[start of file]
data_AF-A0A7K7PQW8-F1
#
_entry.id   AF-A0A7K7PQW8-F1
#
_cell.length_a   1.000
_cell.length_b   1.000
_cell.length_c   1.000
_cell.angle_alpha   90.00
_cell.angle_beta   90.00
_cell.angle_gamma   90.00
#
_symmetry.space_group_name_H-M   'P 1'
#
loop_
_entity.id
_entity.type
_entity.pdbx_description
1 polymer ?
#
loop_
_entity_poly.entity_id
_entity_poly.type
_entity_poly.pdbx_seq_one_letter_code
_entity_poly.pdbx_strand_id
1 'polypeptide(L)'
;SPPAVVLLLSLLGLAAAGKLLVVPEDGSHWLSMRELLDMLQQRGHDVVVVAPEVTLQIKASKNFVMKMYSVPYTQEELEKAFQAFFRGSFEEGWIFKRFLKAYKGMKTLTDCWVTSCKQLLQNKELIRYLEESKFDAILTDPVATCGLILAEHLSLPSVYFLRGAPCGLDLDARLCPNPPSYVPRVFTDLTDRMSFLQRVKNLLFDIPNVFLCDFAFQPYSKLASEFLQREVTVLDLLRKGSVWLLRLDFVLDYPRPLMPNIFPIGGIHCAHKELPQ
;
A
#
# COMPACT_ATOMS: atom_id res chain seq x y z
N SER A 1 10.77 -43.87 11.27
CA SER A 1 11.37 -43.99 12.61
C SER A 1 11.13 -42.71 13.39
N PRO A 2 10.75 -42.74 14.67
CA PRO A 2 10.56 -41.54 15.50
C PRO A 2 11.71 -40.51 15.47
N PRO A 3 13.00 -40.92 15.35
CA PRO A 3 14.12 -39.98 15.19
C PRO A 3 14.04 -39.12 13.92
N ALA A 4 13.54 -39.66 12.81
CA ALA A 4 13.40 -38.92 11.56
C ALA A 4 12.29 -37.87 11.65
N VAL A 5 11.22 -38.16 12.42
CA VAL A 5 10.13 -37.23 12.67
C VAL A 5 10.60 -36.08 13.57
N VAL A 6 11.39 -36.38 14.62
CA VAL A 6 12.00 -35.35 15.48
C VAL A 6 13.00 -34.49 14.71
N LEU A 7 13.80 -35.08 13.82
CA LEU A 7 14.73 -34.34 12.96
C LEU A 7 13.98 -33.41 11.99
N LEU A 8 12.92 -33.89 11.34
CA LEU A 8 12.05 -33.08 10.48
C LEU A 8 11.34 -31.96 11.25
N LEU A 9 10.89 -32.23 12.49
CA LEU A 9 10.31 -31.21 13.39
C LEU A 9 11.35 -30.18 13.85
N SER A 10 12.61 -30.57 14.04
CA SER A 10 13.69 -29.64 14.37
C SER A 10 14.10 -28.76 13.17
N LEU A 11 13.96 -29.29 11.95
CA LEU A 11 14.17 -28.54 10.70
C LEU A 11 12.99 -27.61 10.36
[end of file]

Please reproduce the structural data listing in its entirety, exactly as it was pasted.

data_AF-A0A7K7PQW8-F1
#
_entry.id   AF-A0A7K7PQW8-F1
#
_cell.length_a   1.000
_cell.length_b   1.000
_cell.length_c   1.000
_cell.angle_alpha   90.00
_cell.angle_beta   90.00
_cell.angle_gamma   90.00
#
_symmetry.space_group_name_H-M   'P 1'
#
loop_
_entity.id
_entity.type
_entity.pdbx_description
1 polymer ?
#
loop_
_entity_poly.entity_id
_entity_poly.type
_entity_poly.pdbx_seq_one_letter_code
_entity_poly.pdbx_strand_id
1 'polypeptide(L)'
;SPPAVVLLLSLLGLAAAGKLLVVPEDGSHWLSMRELLDMLQQRGHDVVVVAPEVTLQIKASKNFVMKMYSVPYTQEELEKAFQAFFRGSFEEGWIFKRFLKAYKGMKTLTDCWVTSCKQLLQNKELIRYLEESKFDAILTDPVATCGLILAEHLSLPSVYFLRGAPCGLDLDARLCPNPPSYVPRVFTDLTDRMSFLQRVKNLLFDIPNVFLCDFAFQPYSKLASEFLQREVTVLDLLRKGSVWLLRLDFVLDYPRPLMPNIFPIGGIHCAHKELPQ
;
A
#
# COMPACT_ATOMS: atom_id res chain seq x y z
N SER A 1 10.77 -43.87 11.27
CA SER A 1 11.37 -43.99 12.61
C SER A 1 11.13 -42.71 13.39
N PRO A 2 10.75 -42.74 14.67
CA PRO A 2 10.56 -41.54 15.50
C PRO A 2 11.71 -40.51 15.47
N PRO A 3 13.00 -40.92 15.35
CA PRO A 3 14.12 -39.98 15.19
C PRO A 3 14.04 -39.12 13.92
N ALA A 4 13.54 -39.66 12.81
CA ALA A 4 13.40 -38.92 11.56
C ALA A 4 12.29 -37.87 11.65
N VAL A 5 11.22 -38.16 12.42
CA VAL A 5 10.13 -37.23 12.67
C VAL A 5 10.60 -36.08 13.57
N VAL A 6 11.39 -36.38 14.62
CA VAL A 6 12.00 -35.35 15.48
C VAL A 6 13.00 -34.49 14.71
N LEU A 7 13.80 -35.08 13.82
CA LEU A 7 14.73 -34.34 12.96
C LEU A 7 13.98 -33.41 11.99
N LEU A 8 12.92 -33.89 11.34
CA LEU A 8 12.05 -33.08 10.48
C LEU A 8 11.34 -31.96 11.25
N LEU A 9 10.89 -32.23 12.49
CA LEU A 9 10.31 -31.21 13.39
C LEU A 9 11.35 -30.18 13.85
N SER A 10 12.61 -30.57 14.04
CA SER A 10 13.69 -29.64 14.37
C SER A 10 14.10 -28.76 13.17
N LEU A 11 13.96 -29.29 11.95
CA LEU A 11 14.17 -28.54 10.70
C LEU A 11 12.99 -27.61 10.36